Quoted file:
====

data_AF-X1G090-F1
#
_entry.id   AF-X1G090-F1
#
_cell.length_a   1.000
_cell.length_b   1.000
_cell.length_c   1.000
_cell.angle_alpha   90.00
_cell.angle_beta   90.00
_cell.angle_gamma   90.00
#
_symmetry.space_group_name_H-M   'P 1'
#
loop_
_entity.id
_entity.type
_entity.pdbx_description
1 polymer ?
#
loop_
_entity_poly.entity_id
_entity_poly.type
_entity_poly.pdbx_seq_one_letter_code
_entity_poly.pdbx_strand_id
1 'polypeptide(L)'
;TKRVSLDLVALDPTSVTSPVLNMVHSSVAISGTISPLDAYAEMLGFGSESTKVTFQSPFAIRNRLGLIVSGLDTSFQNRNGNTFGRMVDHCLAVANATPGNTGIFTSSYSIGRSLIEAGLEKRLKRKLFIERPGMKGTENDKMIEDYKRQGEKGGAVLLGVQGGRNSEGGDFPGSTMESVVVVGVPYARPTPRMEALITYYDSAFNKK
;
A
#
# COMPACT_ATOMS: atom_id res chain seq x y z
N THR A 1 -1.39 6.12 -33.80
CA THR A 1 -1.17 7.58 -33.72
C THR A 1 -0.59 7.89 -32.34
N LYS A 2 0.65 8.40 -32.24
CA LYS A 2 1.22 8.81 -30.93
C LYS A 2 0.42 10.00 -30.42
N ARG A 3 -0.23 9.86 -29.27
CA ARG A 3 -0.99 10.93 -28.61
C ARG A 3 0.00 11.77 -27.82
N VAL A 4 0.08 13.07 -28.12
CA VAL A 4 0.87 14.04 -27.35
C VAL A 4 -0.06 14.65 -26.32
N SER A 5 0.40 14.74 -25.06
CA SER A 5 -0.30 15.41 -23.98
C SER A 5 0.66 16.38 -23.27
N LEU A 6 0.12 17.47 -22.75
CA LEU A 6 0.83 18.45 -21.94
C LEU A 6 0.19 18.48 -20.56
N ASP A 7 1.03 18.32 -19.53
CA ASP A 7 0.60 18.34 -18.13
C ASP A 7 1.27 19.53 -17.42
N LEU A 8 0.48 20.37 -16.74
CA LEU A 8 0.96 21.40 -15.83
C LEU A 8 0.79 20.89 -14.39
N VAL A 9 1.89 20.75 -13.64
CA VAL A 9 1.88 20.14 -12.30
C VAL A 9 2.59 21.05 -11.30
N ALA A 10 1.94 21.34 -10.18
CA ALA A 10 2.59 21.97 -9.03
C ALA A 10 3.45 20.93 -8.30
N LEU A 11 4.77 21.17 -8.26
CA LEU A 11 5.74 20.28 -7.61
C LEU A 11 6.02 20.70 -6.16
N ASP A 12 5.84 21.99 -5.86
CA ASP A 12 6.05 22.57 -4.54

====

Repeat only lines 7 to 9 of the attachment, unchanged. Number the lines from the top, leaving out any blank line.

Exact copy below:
_cell.length_c   1.000
_cell.angle_alpha   90.00
_cell.angle_beta   90.00